### Video Transcript

Find the slopes of the tangent
lines to π equals two sin three π at the tips of the leaves.

Remember the leaves in our polar
curves are the repeating loops. And here, we recall that the graph
of π equals sin of ππ β and in fact, multiples of sin ππ β has π loops when π
is odd, and two π loops when π is an even integer. In our case, π is three; itβs
odd. So, the graph of π equals two sin
of three π is going to have three loops, or petals. So, how do we find the loops? Well, we begin by finding the two
smallest non-negative values of π for which two sin of three π equals zero. These will describe the beginning
and end point of each of our loops, of course, when π is equal to zero.

By dividing through by two, we see
that sin of three π equals zero. And then, we take the inverse sin
of zero, and we see that three π is equal to zero or, alternatively, π. This means that π must be equal to
zero or π by three. One leaf is, therefore, described
by letting π go from zero to π by three. That might look a little something
like this. This means the tip of its petal
will occur when π is exactly halfway between π equals zero and π equals π by
three. Thatβs π equals π by six.

Since we have three loops, we
continue by adding a third of a full turn. Thatβs two π by three. So, we find that π is equal to π
by six, π by six plus two π over three, which is five π by six, and then we also
subtract two π by three from π by six. And that gives us negative π by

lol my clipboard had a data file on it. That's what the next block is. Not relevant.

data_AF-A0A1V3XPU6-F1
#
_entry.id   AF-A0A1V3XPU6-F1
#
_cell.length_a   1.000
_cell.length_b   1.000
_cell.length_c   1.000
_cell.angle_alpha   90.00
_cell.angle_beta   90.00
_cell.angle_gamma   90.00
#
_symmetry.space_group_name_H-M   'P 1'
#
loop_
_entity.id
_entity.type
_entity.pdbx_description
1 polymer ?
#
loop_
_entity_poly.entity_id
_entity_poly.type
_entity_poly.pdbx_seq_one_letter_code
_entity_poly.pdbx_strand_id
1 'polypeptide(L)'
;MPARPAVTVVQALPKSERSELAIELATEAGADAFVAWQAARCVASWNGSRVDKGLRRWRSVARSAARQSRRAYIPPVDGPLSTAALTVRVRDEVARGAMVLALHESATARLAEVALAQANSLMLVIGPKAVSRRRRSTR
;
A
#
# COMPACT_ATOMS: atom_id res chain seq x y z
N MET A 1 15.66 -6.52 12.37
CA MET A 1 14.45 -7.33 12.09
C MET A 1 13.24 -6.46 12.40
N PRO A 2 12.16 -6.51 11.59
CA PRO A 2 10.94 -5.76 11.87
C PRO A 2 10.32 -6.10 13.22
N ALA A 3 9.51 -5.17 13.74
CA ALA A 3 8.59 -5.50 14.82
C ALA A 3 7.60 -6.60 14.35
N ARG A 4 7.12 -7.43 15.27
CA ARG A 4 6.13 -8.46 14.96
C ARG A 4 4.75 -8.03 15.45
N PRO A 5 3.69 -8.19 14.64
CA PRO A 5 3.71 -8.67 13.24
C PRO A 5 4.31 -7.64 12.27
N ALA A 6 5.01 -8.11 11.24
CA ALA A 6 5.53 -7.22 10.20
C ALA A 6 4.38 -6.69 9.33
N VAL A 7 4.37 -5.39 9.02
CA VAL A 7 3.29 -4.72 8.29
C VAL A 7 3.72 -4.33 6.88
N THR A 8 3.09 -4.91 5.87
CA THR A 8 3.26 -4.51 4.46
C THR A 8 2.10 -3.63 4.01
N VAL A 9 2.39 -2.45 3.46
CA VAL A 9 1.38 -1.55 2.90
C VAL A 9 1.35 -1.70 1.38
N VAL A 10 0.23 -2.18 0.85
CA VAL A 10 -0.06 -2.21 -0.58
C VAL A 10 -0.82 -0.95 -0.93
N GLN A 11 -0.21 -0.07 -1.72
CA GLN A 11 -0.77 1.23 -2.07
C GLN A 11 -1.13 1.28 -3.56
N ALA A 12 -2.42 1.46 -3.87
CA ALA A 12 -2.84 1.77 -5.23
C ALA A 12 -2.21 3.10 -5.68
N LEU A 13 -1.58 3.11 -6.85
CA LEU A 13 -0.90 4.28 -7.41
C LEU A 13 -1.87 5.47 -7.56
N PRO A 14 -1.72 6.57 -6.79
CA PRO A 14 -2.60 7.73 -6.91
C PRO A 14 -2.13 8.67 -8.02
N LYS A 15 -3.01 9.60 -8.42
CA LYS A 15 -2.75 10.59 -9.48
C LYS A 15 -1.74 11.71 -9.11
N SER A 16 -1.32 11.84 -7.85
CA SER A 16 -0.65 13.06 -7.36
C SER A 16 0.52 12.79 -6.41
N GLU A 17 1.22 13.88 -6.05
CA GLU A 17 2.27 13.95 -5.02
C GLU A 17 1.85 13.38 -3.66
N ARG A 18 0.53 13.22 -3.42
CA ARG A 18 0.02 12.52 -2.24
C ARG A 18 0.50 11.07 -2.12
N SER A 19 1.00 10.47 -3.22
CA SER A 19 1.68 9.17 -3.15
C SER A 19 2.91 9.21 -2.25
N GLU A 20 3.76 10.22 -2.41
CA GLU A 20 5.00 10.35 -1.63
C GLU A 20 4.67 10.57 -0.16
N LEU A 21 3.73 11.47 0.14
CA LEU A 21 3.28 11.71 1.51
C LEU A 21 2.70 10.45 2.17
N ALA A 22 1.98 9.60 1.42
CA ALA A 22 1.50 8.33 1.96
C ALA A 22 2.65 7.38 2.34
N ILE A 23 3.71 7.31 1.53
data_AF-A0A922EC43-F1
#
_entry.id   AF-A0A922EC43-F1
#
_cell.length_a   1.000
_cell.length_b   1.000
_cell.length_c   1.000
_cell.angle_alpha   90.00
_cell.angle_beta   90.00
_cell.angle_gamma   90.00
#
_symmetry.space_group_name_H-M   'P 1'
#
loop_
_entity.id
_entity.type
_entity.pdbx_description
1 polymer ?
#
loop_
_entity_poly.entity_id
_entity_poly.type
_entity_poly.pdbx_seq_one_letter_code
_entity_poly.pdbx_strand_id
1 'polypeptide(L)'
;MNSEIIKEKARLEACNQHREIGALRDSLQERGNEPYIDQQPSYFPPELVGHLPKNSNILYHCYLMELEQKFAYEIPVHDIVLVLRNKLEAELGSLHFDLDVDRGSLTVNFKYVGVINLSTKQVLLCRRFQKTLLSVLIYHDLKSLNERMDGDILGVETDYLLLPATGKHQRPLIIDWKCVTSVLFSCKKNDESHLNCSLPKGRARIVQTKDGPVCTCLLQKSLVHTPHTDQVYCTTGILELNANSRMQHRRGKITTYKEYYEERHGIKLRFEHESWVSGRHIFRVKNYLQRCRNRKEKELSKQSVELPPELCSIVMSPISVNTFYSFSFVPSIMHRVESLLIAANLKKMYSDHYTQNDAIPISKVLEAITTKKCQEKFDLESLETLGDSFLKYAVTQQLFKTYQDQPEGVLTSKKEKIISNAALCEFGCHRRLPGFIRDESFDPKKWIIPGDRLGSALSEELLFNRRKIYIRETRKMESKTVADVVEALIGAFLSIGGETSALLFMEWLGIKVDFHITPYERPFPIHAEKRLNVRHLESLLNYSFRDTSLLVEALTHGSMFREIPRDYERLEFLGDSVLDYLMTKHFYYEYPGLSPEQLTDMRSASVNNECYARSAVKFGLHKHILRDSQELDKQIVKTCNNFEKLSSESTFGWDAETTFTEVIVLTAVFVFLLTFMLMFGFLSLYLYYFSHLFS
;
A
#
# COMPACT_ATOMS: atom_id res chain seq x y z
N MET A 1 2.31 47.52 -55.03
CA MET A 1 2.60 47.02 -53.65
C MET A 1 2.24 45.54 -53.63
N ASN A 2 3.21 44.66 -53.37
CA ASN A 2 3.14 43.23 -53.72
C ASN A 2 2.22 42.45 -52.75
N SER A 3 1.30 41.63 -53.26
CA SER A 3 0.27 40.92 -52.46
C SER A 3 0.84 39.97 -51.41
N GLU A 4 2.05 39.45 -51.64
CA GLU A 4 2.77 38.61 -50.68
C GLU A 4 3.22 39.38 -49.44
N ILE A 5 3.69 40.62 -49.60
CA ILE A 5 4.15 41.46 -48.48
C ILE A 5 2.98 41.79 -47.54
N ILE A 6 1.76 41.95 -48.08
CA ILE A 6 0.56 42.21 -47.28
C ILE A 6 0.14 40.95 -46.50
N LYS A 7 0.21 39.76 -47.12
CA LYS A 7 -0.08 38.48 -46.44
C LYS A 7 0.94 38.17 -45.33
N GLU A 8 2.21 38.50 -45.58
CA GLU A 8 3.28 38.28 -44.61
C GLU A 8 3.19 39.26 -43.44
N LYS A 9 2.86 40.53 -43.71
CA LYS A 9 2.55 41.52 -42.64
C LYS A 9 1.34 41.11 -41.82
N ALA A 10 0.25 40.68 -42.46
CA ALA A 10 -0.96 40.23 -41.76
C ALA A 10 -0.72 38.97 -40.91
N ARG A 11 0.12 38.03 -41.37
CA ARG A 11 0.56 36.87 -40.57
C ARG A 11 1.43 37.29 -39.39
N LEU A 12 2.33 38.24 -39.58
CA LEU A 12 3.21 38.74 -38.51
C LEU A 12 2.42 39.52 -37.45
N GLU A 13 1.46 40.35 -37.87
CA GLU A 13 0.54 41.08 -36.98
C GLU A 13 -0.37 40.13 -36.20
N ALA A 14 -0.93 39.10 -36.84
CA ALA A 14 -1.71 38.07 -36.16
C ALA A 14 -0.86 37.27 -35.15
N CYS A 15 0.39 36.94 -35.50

two. Itβs important to substitute these
values into our original equation for π, and we find that π is equal to two
throughout. We can say that the tips of the
leaves are at two, π by six; two, five π by six; and two, negative π by two.

Now, we can alternatively redefine
our final point as negative two, π by two. And this is because a negative
value of π takes us through the origin and out the other side at exactly the same
distance. So, these are actually the exact
same points. Remember, we need to find the
slopes of the tangent lines to our curve at these points. And we recall that we can find the
derivative and, therefore, the slope by using the given formula. The derivative of sin of three π
is three cos of three π. So, dπ by dπ is six cos of three
π.

We can substitute this into our
formula for dπ¦ by dπ₯. And we see that itβs equal to six
cos of three π sin π plus two sin of three π cos π over six cos three π cos π
minus two sin of three π sin π. Weβll evaluate this at the tip of
our first leaf by substituting π equals π by six. And that gives us a slope of
negative root three. We then substitute in π is equal
to five π by six, and we find the slope here is root three. And finally, we substitute in π
equals π by two, which gives us a slope of zero.

And itβs important to realise that
have we substituted the π equals negative π by two, we would have got the same
answer. So, we find the slope at the first
tip is a negative root three, and thatβs at the point two, π by six. The second leaf tip is at two, five
π by six. And the slope there is root
three. And our third is at negative two,
π over two or two, negative π over two. And the slope there is zero.